Photo: Silje Katrine Robinson, DOGA and Eivind Senneset, Neuro-SysMed
This is the second award Van den Hooven receives for her work on designing tools to express pain. Last year she also received the DOGA newcomer award. In 2019 she came from Canada to Bergen, where she created her own pain laboratory, Open Pain Lab. To the pain lab she invited people with pain experiences and professionals in medical science and healthcare to interviews and workshops.
– Words are often not enough when people have to describe both physical and emotional pain. In contrast, there are many who manage to express themselves with the help of tactile and visual things. This led me to design an interactive toolbox full of objects that help people articulate the pain they experience, she says.
What does pain look like?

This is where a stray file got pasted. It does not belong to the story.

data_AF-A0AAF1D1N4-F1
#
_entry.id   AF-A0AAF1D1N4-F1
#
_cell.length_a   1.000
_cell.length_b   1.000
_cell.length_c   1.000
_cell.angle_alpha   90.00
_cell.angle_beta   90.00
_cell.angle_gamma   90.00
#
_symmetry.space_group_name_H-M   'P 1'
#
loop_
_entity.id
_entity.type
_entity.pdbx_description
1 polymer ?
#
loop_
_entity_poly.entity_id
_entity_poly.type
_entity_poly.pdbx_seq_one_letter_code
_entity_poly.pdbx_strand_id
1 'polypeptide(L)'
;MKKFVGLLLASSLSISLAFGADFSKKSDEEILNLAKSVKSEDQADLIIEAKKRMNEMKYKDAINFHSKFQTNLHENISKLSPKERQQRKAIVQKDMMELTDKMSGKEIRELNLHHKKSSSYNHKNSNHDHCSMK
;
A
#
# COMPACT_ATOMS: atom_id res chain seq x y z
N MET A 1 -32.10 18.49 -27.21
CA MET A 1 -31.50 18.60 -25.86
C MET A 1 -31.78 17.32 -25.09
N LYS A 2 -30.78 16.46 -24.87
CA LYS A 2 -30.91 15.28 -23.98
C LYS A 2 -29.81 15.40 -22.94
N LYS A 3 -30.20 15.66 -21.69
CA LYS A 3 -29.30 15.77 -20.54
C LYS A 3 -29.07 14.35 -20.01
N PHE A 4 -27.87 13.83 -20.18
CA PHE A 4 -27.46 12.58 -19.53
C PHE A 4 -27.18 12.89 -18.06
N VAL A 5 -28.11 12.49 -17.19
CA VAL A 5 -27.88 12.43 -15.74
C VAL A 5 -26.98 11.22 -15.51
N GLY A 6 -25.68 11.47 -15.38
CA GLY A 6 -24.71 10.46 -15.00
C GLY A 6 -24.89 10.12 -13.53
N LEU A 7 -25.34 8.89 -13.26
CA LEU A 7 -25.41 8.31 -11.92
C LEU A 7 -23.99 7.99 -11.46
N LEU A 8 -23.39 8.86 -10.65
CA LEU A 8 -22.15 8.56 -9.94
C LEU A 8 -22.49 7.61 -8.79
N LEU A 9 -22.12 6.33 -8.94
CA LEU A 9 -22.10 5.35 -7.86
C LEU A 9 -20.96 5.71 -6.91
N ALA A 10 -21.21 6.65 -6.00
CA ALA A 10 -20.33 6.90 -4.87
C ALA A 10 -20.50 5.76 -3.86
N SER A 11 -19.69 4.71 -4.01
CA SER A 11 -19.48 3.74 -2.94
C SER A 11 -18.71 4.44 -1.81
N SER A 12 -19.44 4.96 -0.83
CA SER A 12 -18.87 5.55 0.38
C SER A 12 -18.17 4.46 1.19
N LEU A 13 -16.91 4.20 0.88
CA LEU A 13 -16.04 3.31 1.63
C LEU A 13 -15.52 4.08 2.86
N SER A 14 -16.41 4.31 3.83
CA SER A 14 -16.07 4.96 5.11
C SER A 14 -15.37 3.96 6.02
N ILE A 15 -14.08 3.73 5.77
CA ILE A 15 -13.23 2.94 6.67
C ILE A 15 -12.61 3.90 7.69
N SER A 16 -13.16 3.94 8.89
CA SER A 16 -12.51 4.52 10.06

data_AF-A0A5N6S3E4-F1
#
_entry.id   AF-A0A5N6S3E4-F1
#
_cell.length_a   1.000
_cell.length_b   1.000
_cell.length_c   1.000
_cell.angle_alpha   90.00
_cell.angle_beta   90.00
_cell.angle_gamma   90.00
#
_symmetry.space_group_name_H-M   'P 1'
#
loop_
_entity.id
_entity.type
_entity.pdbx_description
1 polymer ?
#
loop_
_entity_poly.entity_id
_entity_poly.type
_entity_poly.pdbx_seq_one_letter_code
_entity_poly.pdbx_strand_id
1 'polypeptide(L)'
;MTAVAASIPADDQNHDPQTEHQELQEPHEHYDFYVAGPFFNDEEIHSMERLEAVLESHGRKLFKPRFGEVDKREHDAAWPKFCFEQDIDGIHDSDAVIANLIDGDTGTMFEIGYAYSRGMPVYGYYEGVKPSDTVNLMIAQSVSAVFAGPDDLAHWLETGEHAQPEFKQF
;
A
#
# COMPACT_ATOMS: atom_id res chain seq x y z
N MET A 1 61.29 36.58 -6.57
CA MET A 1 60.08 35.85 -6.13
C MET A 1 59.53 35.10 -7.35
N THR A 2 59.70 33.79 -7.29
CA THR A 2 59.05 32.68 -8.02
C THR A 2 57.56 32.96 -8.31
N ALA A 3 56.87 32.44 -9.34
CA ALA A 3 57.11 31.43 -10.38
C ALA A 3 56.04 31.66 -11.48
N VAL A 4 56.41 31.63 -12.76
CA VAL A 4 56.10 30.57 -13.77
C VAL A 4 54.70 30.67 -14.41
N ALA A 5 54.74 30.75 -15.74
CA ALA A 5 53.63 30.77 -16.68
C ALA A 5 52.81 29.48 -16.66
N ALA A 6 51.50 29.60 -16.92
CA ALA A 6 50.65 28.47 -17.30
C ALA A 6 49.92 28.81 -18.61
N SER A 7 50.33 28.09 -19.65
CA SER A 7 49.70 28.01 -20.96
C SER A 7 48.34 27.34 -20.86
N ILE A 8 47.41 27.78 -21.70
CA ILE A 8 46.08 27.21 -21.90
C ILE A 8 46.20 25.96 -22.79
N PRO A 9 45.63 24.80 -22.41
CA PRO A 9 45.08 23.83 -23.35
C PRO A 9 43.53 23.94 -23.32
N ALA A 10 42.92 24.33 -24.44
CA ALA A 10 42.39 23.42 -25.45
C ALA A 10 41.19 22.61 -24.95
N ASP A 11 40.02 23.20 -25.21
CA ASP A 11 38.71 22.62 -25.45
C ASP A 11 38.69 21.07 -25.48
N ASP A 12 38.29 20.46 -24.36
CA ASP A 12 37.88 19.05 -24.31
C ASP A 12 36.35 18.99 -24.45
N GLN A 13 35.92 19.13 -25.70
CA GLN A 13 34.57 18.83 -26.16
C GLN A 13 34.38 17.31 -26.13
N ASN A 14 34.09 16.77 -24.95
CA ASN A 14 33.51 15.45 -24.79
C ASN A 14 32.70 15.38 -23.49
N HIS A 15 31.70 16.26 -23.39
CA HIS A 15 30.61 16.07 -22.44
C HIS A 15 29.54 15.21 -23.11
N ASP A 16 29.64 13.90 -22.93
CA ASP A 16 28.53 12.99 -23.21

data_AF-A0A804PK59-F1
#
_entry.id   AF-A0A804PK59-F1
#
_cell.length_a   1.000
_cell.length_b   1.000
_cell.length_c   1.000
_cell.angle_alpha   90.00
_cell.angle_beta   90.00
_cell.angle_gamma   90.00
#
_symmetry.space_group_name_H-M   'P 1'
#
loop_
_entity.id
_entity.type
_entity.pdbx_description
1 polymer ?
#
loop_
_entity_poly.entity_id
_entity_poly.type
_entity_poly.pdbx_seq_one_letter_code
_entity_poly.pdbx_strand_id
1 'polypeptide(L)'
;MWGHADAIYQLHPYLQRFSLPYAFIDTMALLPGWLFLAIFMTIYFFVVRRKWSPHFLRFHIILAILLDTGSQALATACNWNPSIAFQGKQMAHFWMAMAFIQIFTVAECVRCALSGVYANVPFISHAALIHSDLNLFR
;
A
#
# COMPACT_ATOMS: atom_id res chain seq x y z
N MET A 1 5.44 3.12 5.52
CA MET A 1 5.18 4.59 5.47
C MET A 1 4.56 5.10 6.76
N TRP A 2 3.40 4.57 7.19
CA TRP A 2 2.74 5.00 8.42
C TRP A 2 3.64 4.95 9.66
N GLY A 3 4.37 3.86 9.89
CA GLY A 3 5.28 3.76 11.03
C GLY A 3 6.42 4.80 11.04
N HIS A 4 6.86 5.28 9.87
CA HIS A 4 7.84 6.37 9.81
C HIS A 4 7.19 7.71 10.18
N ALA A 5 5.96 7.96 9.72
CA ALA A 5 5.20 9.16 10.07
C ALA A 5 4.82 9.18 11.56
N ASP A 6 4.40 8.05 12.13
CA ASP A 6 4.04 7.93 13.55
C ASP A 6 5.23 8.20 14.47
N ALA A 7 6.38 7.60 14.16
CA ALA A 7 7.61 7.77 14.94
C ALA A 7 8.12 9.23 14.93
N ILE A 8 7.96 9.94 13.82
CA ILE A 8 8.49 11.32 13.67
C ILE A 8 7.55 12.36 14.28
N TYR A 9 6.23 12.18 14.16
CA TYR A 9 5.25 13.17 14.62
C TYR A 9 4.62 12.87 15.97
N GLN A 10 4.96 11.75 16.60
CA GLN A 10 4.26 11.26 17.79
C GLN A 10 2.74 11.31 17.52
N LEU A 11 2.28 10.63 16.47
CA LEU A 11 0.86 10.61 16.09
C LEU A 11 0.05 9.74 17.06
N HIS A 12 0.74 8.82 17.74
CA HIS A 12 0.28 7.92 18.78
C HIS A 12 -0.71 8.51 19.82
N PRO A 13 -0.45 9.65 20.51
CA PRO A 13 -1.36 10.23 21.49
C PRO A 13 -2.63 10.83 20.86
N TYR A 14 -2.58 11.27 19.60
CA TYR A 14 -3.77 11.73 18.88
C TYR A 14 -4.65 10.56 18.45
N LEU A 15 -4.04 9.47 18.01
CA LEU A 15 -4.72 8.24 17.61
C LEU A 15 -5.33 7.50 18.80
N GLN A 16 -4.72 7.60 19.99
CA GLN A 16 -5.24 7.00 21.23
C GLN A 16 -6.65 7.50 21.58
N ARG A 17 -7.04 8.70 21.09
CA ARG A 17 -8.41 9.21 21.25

The Canadian designer explains that the design process on communicating pain began by holding workshops where she asked participants to mould their pain in clay.
–This is where I first learned the power that objects have in bridging the communication gap. The unique forms helped people express what they couldn’t with words alone, Amy Van den Hooven says.
It was during Van den Hoovens master's at the Department of Design at The University of Bergen that her project started.
– In my project Re–Imagining Pain Communication, I wanted to see how design can help improve the way we communicate pain. The DOGA–award, and international recognition, is of course a bonus, but it is not about the prizes. I am very passionate about this work. To be recognized internationally is confirmation that pain and suffering are aspects of life that we need to better understand. Signs that show how important this work is, are the opioid epidemic, escalating mental health issues and the increase in chronic disease, the designer says.